Eulogy for the Living: The Forgotten Paul Westerberg

“I will play a song that I like…and it’s not sad, so don’t be deceived.”
– Paul Westerberg on “Let the Bad Times Roll”

(from a KCRW “Morning Becomes Eclectic” session)


Paul Westerberg is not dead. He’s not dying either. In fact, based on recent reports of a Replacements reunion tour, it seems like he’s not even close to dying any time soon.

But I want to write about him as if he just did.

Eulogies are the best kinds of tributes because they come from a place of deep reverence that can only exist in mourning, or – as twitter demonstrates – feverish self-identification. I have no interest in being identified as the biggest Paul Westerberg fan in the world by pre-empting his death and thereby beating everyone else to the punch. I’m not an old ‘Mats fan from the early 80s – I discovered the Replacements in the early 90s when they were already churning-out the lame-ass mellow stuff that longtime fans were supposed to be disappointed with. I only felt compelled to rediscover their back catalogue in the early aughts, after falling in love with Paul Westerberg’s greatest hits collection glibly entitled "Besterberg". Early-80s underground music has always been something I've studied more than witnessed first-hand.

I write from a place where Paul Westerberg and The Replacements (or at least the Bob Stinson-era Replacements) are two separate entities. I fell in love with “Waiting For Somebody”, “Runaway Wind”, and “It’s A Wonderful Lie” before I even discovered “Unsatisfied”, “Left Off The Dial”, and “Stuck In The Middle”. I feel as if this inverted way of experiencing Paul Westerberg’s music is the correct way because it presents a more accurate depiction of his art.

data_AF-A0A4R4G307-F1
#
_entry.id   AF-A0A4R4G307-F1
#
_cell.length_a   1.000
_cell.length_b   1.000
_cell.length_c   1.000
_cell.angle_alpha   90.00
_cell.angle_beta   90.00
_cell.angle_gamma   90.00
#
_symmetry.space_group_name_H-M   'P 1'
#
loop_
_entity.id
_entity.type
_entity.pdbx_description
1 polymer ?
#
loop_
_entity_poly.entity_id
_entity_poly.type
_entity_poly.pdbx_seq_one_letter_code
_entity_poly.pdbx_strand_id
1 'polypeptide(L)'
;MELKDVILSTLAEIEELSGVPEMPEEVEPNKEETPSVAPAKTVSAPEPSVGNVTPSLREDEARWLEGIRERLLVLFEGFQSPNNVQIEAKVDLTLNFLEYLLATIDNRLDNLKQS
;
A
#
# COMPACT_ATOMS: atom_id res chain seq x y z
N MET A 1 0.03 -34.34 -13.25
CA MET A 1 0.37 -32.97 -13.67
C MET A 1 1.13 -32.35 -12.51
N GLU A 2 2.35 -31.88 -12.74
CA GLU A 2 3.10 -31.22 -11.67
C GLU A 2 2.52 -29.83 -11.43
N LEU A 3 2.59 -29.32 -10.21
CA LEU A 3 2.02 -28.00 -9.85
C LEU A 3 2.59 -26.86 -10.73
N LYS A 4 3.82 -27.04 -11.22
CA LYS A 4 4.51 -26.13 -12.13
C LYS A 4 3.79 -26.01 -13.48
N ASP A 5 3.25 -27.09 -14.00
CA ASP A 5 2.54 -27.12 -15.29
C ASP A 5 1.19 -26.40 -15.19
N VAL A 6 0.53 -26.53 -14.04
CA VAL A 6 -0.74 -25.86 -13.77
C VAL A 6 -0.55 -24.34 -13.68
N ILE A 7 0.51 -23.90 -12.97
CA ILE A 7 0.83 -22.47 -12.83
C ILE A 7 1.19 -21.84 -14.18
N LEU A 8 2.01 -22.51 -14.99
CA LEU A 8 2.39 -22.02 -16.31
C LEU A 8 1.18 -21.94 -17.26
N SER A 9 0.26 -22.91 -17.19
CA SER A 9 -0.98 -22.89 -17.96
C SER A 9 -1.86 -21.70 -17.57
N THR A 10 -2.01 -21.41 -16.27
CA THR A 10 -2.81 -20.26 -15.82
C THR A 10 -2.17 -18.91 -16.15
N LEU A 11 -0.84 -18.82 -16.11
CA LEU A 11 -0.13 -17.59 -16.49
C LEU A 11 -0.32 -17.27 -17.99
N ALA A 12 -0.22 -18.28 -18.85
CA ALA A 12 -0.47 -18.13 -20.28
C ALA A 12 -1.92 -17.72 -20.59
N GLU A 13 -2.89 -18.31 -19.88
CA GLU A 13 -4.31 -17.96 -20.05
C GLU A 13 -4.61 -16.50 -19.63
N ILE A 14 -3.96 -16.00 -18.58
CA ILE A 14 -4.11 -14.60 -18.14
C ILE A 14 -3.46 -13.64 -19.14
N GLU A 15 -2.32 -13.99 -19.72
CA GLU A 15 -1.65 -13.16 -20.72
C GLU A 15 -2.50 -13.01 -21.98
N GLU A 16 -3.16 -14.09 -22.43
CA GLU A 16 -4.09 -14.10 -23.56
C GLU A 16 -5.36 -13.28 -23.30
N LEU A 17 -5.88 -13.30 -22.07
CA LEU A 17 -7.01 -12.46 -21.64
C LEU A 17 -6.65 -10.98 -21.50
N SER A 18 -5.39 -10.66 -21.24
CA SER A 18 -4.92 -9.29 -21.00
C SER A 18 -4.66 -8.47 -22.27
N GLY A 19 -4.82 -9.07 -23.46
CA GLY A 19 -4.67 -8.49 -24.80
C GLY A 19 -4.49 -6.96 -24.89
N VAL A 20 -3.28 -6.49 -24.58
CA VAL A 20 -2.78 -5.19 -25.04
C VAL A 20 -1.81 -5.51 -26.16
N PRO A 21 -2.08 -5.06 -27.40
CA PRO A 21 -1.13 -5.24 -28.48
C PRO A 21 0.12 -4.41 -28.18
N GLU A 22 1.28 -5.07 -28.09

He's always been a confessional singer-songwriter. The first Replacements records were really a product of him feeling obligated to play hardcore punk because of his surroundings and his metalhead bandmates. The Replacements were known early on as a group of messy, nihilistic amateurs who didn’t give a fuck but Westerberg’s early-80s solo home demos, stripped of distortion and all the drunken references, revealed a romantic soul. It produced this wonderful gem called "You're Getting Married One Night", which guitarist Bob Stinson hated and dismissed rather prophetically: “save that for your solo album, Paul”:

Westerberg’s reluctant punk phase produced some great accidental music, which is the most impressive kind of great music. At their best, the Replacements sounded like Bruce Springsteen possessed by Johnny Rotten after like seven beers. Isn’t it mind-blowingly amazing in retrospect that some of the most iconic songs during the golden age of American underground music were written on the throes of a musical identity crisis?

But the rock critic establishment experienced all this in chronological sequence, so they’re less inclined to see how weird and unnatural it was and just consider it as groundbreaking canonical stuff. The narrative goes: the Replacements were important because they set the template for punk’s pop flexibility that made a spectrum of bands from the Lemonheads to Green Day possible, whereas Paul Westerberg’s solo career will always be a footnote as unremarkable as his plain rock n’ roll shtick. And because the current musical climate is more rock-crit-influenced than ever before, the industry growing increasingly referential and self-conscious and music becoming increasingly about music, Paul Westerberg will still be considered as a seminal drunken genius who sobered up and became just another dude with a guitar.